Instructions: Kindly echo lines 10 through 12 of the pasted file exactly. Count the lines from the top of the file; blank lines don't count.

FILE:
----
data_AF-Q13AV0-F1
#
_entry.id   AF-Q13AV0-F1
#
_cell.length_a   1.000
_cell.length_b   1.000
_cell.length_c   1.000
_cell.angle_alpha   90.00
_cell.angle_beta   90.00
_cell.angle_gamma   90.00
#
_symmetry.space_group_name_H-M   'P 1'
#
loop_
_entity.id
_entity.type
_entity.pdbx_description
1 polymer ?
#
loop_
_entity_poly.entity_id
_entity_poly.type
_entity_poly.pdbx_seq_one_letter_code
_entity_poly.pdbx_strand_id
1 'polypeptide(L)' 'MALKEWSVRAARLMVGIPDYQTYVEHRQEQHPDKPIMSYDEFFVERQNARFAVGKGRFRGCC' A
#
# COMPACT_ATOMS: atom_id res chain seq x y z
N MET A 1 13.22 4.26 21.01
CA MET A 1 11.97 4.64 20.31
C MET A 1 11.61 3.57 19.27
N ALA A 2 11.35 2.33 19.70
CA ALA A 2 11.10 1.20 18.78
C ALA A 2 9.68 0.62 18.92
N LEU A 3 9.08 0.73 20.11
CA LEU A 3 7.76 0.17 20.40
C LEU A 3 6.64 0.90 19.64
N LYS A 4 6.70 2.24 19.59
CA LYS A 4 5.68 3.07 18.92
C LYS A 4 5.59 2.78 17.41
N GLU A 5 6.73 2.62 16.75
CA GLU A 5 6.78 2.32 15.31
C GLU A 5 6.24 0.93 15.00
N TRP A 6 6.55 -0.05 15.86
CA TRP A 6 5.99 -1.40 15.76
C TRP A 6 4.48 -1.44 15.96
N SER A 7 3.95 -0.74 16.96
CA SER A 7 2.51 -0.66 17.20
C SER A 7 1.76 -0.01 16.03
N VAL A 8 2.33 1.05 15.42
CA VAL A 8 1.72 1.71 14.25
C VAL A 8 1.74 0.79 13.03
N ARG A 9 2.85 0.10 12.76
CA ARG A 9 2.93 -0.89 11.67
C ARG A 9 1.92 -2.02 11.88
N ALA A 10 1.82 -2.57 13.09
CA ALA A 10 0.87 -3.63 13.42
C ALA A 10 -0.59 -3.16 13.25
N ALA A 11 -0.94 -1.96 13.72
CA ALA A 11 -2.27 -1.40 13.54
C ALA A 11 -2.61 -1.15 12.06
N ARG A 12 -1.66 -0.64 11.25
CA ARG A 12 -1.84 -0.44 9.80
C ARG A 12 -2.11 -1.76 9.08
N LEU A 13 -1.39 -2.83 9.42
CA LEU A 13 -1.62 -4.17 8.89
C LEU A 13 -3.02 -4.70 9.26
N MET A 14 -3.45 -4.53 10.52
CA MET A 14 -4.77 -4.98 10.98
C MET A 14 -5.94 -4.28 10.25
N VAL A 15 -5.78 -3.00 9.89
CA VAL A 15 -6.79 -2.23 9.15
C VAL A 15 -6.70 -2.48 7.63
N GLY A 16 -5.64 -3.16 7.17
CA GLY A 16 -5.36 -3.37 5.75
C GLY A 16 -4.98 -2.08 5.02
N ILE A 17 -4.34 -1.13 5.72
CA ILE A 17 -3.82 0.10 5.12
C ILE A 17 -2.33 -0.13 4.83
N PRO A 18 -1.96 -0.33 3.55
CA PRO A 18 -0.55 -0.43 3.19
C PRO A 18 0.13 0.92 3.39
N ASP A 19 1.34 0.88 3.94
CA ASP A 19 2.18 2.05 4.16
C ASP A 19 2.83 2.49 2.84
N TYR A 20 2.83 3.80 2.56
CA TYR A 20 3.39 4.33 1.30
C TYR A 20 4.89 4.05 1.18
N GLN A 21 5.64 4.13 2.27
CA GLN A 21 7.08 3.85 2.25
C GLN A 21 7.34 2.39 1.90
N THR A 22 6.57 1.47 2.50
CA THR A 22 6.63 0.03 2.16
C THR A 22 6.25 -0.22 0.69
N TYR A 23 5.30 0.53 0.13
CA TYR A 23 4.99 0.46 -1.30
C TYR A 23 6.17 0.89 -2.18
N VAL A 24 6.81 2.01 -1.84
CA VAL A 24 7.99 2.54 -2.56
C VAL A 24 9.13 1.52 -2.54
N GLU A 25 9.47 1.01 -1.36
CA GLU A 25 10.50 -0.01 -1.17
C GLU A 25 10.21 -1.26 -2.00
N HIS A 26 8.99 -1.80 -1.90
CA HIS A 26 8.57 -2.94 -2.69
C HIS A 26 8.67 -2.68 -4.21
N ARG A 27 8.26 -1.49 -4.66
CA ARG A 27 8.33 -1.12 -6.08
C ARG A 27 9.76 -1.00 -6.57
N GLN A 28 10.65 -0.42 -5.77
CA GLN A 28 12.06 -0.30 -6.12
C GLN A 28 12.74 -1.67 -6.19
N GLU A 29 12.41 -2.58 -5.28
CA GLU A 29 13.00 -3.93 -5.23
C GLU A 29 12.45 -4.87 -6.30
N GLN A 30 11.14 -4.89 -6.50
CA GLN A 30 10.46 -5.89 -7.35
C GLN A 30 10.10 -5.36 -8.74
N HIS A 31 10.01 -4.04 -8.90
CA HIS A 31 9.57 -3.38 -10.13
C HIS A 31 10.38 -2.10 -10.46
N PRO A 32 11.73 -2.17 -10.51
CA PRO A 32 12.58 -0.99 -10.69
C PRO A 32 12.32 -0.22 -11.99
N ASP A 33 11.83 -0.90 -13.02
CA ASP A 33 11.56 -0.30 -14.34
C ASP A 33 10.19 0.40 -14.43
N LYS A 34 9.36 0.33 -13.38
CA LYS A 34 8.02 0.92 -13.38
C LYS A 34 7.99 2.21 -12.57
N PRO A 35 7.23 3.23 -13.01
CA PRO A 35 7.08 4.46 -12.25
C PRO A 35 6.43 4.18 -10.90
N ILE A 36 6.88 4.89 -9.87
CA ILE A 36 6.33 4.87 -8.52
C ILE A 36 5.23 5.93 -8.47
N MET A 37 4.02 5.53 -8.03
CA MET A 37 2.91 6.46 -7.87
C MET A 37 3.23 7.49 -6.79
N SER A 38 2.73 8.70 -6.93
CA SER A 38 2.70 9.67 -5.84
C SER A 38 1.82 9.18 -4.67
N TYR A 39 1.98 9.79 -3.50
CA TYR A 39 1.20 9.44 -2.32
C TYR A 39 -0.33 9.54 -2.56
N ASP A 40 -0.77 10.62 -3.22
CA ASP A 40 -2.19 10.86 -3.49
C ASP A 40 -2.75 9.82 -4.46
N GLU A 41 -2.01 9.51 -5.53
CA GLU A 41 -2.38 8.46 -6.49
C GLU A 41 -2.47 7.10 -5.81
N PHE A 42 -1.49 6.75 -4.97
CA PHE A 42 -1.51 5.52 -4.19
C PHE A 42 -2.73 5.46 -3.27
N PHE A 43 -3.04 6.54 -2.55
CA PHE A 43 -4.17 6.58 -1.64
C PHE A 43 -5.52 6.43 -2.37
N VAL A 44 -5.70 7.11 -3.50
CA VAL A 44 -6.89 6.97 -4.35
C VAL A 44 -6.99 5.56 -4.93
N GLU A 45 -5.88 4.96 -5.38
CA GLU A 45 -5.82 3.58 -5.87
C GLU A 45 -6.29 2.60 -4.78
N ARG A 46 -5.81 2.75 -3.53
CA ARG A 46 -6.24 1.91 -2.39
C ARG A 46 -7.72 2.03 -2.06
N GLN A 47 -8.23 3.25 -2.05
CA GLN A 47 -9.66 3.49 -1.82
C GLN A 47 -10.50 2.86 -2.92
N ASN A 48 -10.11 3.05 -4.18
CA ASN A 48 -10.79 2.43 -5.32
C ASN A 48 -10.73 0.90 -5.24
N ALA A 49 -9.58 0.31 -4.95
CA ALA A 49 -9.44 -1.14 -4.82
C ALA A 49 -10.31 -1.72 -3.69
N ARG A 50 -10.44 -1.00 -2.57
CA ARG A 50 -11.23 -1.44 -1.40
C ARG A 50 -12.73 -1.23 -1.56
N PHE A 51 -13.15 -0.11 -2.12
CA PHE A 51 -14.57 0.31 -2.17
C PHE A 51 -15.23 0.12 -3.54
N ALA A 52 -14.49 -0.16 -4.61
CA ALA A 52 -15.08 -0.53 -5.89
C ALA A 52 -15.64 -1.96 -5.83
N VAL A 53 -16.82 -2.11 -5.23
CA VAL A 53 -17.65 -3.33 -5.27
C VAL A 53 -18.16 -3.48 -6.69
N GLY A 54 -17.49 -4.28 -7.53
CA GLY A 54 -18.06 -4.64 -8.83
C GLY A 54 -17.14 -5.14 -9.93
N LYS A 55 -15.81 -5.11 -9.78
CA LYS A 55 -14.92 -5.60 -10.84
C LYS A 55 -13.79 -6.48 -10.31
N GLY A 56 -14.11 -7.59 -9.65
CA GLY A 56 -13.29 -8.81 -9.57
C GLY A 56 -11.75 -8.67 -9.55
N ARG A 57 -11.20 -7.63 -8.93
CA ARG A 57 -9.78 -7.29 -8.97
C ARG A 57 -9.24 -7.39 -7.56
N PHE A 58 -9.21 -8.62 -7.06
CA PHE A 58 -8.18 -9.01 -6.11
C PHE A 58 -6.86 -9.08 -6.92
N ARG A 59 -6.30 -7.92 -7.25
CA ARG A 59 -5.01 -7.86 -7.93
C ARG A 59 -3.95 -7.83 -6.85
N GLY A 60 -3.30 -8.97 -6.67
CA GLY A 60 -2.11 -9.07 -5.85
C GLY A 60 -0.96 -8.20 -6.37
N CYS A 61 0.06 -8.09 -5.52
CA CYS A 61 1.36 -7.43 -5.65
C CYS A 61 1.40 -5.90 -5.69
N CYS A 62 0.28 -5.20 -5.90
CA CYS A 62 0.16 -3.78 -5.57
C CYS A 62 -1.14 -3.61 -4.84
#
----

_cell.angle_gamma   90.00
#
_symmetry.space_group_name_H-M   'P 1'